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Pessimism in this time of the pandemic

 

 

edt editorial

IN the latest Social Weather Stations (SWS) survey held last July, 40 percent of Filipinos surveyed said they expect the national economy to worsen in the next 12 months, against 30 percent who said it will improve and 24 percent who think it will stay the same.

This high level of pessimism came at the height of the COVID-19 pandemic in July, four months after Metro Manila and the rest of Luzon were locked down under the strictest Enhanced Community Quarantine (ECQ), when people were told to stay home, businesses and offices were shut down, and incomes – both personal and national – plunged.

It was the same situation in the rest of the world – with the pandemic reaching its worst in the United States, along with Brazil in South America, Italy, Spain, and United Kingdom in Europe, Iran in the Middle East, and India in Asia. In Southeast Asia, the Philippines and Indonesia led in the number of infections and deaths. With no end in sight to the surging pandemic, the pessimism shown in the SWS survey was only to be expected.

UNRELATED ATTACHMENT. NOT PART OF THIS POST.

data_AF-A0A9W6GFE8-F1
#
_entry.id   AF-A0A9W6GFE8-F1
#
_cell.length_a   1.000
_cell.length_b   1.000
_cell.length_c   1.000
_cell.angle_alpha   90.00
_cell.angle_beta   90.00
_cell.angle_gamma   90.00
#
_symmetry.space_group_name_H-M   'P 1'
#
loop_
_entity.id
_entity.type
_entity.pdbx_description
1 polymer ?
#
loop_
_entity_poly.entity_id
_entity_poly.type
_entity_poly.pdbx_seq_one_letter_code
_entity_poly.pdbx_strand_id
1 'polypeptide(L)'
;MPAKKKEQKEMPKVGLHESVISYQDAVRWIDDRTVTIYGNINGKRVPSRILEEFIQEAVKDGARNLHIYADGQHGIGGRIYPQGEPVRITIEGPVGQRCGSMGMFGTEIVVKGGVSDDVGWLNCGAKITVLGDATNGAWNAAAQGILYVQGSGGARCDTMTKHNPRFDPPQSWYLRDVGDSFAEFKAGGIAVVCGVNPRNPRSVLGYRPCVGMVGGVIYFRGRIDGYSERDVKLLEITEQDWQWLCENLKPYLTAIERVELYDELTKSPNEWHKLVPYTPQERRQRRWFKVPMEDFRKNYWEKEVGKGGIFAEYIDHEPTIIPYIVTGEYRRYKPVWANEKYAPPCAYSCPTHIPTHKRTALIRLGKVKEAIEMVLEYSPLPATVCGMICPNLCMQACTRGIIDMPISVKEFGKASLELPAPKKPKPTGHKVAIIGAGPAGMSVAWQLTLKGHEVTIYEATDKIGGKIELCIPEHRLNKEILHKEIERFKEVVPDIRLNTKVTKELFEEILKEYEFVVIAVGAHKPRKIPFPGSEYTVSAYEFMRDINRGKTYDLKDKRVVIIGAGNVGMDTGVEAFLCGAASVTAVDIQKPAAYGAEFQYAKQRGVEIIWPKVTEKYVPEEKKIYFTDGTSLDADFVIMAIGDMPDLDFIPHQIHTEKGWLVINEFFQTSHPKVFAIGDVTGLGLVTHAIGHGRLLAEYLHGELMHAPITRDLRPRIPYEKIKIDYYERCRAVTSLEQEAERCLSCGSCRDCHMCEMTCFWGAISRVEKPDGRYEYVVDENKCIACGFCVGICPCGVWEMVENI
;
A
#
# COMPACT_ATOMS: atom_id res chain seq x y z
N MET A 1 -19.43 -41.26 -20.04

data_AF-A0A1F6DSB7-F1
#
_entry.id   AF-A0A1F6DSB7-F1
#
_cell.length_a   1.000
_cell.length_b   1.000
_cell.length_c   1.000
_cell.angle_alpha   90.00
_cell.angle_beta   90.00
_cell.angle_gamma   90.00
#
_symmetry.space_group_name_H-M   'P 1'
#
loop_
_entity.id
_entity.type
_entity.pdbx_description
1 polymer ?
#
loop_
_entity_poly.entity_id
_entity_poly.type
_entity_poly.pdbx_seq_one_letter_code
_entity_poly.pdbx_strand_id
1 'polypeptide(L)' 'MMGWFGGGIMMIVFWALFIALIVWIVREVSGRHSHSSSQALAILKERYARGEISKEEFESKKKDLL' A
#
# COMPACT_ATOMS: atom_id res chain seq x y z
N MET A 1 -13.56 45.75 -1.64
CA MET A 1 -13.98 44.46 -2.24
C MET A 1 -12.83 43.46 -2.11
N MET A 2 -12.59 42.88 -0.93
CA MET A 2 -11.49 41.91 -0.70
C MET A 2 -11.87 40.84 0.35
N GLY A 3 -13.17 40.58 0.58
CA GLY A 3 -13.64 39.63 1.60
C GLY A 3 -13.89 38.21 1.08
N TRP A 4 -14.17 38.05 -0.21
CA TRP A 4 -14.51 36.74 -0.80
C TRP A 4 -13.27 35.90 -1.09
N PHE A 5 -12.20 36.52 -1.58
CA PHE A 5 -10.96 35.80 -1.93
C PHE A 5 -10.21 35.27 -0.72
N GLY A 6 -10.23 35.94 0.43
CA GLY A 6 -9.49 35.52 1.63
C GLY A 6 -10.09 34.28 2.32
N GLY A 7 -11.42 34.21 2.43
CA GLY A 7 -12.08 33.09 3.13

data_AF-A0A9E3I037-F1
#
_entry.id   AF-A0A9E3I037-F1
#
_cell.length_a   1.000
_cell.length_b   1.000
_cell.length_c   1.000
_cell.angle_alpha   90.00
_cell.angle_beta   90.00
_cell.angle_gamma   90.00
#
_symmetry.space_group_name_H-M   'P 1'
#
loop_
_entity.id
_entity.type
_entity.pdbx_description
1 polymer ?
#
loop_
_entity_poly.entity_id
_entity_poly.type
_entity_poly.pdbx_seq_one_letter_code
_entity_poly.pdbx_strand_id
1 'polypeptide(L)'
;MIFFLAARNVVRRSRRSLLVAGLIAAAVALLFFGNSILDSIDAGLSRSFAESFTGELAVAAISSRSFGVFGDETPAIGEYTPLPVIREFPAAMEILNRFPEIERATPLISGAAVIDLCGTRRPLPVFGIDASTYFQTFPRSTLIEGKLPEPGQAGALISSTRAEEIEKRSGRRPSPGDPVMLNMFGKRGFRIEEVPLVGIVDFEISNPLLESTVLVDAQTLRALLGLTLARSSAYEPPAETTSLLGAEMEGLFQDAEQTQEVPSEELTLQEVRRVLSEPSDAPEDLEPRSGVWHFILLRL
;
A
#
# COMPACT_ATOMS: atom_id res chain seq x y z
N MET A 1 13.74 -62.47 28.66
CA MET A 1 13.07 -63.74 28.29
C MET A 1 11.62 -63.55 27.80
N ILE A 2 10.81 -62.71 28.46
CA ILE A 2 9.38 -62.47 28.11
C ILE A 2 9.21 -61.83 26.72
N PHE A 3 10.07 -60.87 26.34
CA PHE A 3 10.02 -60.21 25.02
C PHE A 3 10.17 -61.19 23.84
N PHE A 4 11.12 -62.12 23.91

Governor Benjamin Diokno of the Bangko Sentral ng Pilipinas noted that the survey was held in July, after the lockdowns in March, April, and May when, indeed, pessimism enveloped the entire country. In the third quarter – July-August-September, he said, the government started to reopen the economy.

He recalled that the country’s Gross Domestic Product (GDP) – which measures the nation’s local production – fell by 9 percent in the first half of the year; it was a devastating 16.5 percent drop in the second quarter. No wonder, the survey of July showed a huge percentage of Filipinos believing the national economy was bound to worsen in the coming months.

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But, Governor Diokno said last weekend, “I expect that the economy will be more open in the fourth quarter…The virus infection has started to flatten and the government has shifted from general lockdown to localized lockdowns. I truly believe the worst is behind us. We are now heading towards the path of recovery from the crisis.”

The national economy entered a recession for the first time in 30 years after the lockdowns in the first two quarters of the year. The July survey thus found so many Filipinos – 40 percent – believing it will be even worse next year.

But the situation has improved considerably since then, Governor Diokno pointed out. The lockdowns are easing, the economy is reopening, people are beginning to move about, although they continue to be guarded against the virus. We should see this rising optimism in the next SWS survey.

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